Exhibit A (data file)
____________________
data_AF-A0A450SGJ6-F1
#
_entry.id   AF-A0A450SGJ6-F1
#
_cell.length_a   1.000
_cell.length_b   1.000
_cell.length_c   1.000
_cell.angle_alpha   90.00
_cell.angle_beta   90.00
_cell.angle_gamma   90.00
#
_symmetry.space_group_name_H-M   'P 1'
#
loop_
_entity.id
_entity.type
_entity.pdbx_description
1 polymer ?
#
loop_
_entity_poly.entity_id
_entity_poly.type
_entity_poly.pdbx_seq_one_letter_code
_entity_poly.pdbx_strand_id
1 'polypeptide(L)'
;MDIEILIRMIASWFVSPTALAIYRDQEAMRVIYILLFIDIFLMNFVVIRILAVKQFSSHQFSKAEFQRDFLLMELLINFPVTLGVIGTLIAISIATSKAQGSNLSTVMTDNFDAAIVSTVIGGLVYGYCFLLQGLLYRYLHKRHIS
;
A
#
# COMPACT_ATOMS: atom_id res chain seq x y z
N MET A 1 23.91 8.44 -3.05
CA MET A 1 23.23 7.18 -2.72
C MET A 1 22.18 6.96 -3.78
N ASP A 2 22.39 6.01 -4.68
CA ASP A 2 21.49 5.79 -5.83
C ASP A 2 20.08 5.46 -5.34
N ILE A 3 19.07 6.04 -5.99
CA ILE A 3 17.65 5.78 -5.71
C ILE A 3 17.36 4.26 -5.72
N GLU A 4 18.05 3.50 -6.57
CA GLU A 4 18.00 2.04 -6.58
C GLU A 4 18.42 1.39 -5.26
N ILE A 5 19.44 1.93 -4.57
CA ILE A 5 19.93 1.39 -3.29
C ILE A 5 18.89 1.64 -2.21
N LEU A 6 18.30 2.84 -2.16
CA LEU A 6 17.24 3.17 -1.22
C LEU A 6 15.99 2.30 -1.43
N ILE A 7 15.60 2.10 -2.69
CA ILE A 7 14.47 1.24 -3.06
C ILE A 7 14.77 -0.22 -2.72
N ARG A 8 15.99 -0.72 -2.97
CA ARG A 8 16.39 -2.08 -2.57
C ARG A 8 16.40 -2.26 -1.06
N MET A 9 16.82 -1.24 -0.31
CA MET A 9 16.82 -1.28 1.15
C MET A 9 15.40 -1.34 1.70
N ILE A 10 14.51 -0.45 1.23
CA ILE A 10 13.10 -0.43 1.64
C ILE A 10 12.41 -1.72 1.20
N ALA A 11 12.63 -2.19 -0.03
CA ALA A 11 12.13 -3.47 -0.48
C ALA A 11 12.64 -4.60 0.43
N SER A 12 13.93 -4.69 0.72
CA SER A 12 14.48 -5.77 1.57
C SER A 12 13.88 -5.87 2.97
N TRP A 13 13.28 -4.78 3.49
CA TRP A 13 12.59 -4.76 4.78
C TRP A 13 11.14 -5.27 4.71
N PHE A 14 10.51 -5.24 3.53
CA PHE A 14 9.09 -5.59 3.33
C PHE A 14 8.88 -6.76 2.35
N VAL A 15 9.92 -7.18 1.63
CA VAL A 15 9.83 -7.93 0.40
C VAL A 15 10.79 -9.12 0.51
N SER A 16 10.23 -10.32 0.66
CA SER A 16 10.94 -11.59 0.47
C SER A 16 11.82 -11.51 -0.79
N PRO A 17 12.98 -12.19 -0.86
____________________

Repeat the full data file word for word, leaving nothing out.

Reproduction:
data_AF-A0A450SGJ6-F1
#
_entry.id   AF-A0A450SGJ6-F1
#
_cell.length_a   1.000
_cell.length_b   1.000
_cell.length_c   1.000
_cell.angle_alpha   90.00
_cell.angle_beta   90.00
_cell.angle_gamma   90.00
#
_symmetry.space_group_name_H-M   'P 1'
#
loop_
_entity.id
_entity.type
_entity.pdbx_description
1 polymer ?
#
loop_
_entity_poly.entity_id
_entity_poly.type
_entity_poly.pdbx_seq_one_letter_code
_entity_poly.pdbx_strand_id
1 'polypeptide(L)'
;MDIEILIRMIASWFVSPTALAIYRDQEAMRVIYILLFIDIFLMNFVVIRILAVKQFSSHQFSKAEFQRDFLLMELLINFPVTLGVIGTLIAISIATSKAQGSNLSTVMTDNFDAAIVSTVIGGLVYGYCFLLQGLLYRYLHKRHIS
;
A
#
# COMPACT_ATOMS: atom_id res chain seq x y z
N MET A 1 23.91 8.44 -3.05
CA MET A 1 23.23 7.18 -2.72
C MET A 1 22.18 6.96 -3.78
N ASP A 2 22.39 6.01 -4.68
CA ASP A 2 21.49 5.79 -5.83
C ASP A 2 20.08 5.46 -5.34
N ILE A 3 19.07 6.04 -5.99
CA ILE A 3 17.65 5.78 -5.71
C ILE A 3 17.36 4.26 -5.72
N GLU A 4 18.05 3.50 -6.57
CA GLU A 4 18.00 2.04 -6.58
C GLU A 4 18.42 1.39 -5.26
N ILE A 5 19.44 1.93 -4.57
CA ILE A 5 19.93 1.39 -3.29
C ILE A 5 18.89 1.64 -2.21
N LEU A 6 18.30 2.84 -2.16
CA LEU A 6 17.24 3.17 -1.22
C LEU A 6 15.99 2.30 -1.43
N ILE A 7 15.60 2.10 -2.69
CA ILE A 7 14.47 1.24 -3.06
C ILE A 7 14.77 -0.22 -2.72
N ARG A 8 15.99 -0.72 -2.97
CA ARG A 8 16.39 -2.08 -2.57
C ARG A 8 16.40 -2.26 -1.06
N MET A 9 16.82 -1.24 -0.31
CA MET A 9 16.82 -1.28 1.15
C MET A 9 15.40 -1.34 1.70
N ILE A 10 14.51 -0.45 1.23
CA ILE A 10 13.10 -0.43 1.64
C ILE A 10 12.41 -1.72 1.20
N ALA A 11 12.63 -2.19 -0.03
CA ALA A 11 12.13 -3.47 -0.48
C ALA A 11 12.64 -4.60 0.43
N SER A 12 13.93 -4.69 0.72
CA SER A 12 14.48 -5.77 1.57
C SER A 12 13.88 -5.87 2.97
N TRP A 13 13.28 -4.78 3.49
CA TRP A 13 12.59 -4.76 4.78
C TRP A 13 11.14 -5.27 4.71
N PHE A 14 10.51 -5.24 3.53
CA PHE A 14 9.09 -5.59 3.33
C PHE A 14 8.88 -6.76 2.35
N VAL A 15 9.92 -7.18 1.63
CA VAL A 15 9.83 -7.93 0.40
C VAL A 15 10.79 -9.12 0.51
N SER A 16 10.23 -10.32 0.66
CA SER A 16 10.94 -11.59 0.47
C SER A 16 11.82 -11.51 -0.79
N PRO A 17 12.98 -12.19 -0.86